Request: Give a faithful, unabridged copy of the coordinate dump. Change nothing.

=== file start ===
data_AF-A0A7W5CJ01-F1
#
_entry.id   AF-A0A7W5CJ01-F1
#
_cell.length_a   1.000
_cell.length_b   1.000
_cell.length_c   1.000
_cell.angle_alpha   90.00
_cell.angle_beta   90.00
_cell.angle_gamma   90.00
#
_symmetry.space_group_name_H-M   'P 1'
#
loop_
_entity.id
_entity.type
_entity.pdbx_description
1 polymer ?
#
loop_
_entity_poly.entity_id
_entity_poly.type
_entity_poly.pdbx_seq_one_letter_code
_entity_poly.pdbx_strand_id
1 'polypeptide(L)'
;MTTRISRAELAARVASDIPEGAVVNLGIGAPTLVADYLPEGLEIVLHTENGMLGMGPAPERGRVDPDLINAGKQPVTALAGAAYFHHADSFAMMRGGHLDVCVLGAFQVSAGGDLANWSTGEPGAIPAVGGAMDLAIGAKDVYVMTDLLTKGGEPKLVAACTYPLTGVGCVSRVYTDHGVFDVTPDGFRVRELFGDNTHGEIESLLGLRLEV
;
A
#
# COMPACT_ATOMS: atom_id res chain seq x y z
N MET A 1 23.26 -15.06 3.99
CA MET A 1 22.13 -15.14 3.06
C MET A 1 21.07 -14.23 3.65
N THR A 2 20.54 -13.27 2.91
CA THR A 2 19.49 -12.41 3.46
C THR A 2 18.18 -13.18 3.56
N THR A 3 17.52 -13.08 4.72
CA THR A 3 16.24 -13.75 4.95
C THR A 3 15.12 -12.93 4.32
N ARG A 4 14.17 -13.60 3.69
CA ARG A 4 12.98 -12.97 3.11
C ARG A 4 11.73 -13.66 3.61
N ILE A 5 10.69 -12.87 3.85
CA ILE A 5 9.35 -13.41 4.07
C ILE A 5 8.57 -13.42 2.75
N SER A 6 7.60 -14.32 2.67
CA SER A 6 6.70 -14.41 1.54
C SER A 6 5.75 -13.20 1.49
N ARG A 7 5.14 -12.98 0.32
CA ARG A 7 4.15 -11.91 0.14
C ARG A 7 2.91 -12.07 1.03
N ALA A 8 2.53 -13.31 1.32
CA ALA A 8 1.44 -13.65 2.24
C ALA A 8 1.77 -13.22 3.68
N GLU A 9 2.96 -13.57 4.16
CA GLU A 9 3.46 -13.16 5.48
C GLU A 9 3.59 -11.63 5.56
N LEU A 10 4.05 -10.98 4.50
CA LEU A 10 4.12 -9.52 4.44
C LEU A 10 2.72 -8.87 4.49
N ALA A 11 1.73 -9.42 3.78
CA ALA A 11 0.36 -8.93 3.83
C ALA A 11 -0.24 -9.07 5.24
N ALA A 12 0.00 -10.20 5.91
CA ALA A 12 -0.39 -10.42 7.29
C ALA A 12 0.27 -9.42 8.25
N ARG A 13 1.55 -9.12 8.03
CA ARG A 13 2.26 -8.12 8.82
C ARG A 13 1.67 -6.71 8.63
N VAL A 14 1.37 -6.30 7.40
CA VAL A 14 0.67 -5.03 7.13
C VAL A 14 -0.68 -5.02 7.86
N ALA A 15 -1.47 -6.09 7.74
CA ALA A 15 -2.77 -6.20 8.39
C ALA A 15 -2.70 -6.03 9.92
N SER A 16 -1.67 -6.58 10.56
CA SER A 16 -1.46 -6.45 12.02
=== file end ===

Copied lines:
data_AF-A0A7W5CJ01-F1
#
_entry.id   AF-A0A7W5CJ01-F1
#
_cell.length_a   1.000
_cell.length_b   1.000
_cell.length_c   1.000
_cell.angle_alpha   90.00
_cell.angle_beta   90.00
_cell.angle_gamma   90.00
#
_symmetry.space_group_name_H-M   'P 1'
#
loop_
_entity.id
_entity.type
_entity.pdbx_description
1 polymer ?
#
loop_
_entity_poly.entity_id
_entity_poly.type
_entity_poly.pdbx_seq_one_letter_code
_entity_poly.pdbx_strand_id
1 'polypeptide(L)'
;MTTRISRAELAARVASDIPEGAVVNLGIGAPTLVADYLPEGLEIVLHTENGMLGMGPAPERGRVDPDLINAGKQPVTALAGAAYFHHADSFAMMRGGHLDVCVLGAFQVSAGGDLANWSTGEPGAIPAVGGAMDLAIGAKDVYVMTDLLTKGGEPKLVAACTYPLTGVGCVSRVYTDHGVFDVTPDGFRVRELFGDNTHGEIESLLGLRLEV
;
A
#
# COMPACT_ATOMS: atom_id res chain seq x y z
N MET A 1 23.26 -15.06 3.99
CA MET A 1 22.13 -15.14 3.06
C MET A 1 21.07 -14.23 3.65
N THR A 2 20.54 -13.27 2.91
CA THR A 2 19.49 -12.41 3.46
C THR A 2 18.18 -13.18 3.56
N THR A 3 17.52 -13.08 4.72
CA THR A 3 16.24 -13.75 4.95
C THR A 3 15.12 -12.93 4.32
N ARG A 4 14.17 -13.60 3.69
CA ARG A 4 12.98 -12.97 3.11
C ARG A 4 11.73 -13.66 3.61
N ILE A 5 10.69 -12.87 3.85
CA ILE A 5 9.35 -13.41 4.07
C ILE A 5 8.57 -13.42 2.75
N SER A 6 7.60 -14.32 2.67
CA SER A 6 6.70 -14.41 1.54
C SER A 6 5.75 -13.20 1.49
N ARG A 7 5.14 -12.98 0.32
CA ARG A 7 4.15 -11.91 0.14
C ARG A 7 2.91 -12.07 1.03
N ALA A 8 2.53 -13.31 1.32
CA ALA A 8 1.44 -13.65 2.24
C ALA A 8 1.77 -13.22 3.68
N GLU A 9 2.96 -13.57 4.16
CA GLU A 9 3.46 -13.16 5.48
C GLU A 9 3.59 -11.63 5.56
N LEU A 10 4.05 -10.98 4.50
CA LEU A 10 4.12 -9.52 4.44
C LEU A 10 2.72 -8.87 4.49
N ALA A 11 1.73 -9.42 3.78
CA ALA A 11 0.36 -8.93 3.83
C ALA A 11 -0.24 -9.07 5.24
N ALA A 12 0.00 -10.20 5.91
CA ALA A 12 -0.39 -10.42 7.29
C ALA A 12 0.27 -9.42 8.25
N ARG A 13 1.55 -9.12 8.03
CA ARG A 13 2.26 -8.12 8.82
C ARG A 13 1.67 -6.71 8.63
N VAL A 14 1.37 -6.30 7.40
CA VAL A 14 0.67 -5.03 7.13
C VAL A 14 -0.68 -5.02 7.86
N ALA A 15 -1.47 -6.09 7.74
CA ALA A 15 -2.77 -6.20 8.39
C ALA A 15 -2.70 -6.03 9.92
N SER A 16 -1.67 -6.58 10.56
CA SER A 16 -1.46 -6.45 12.02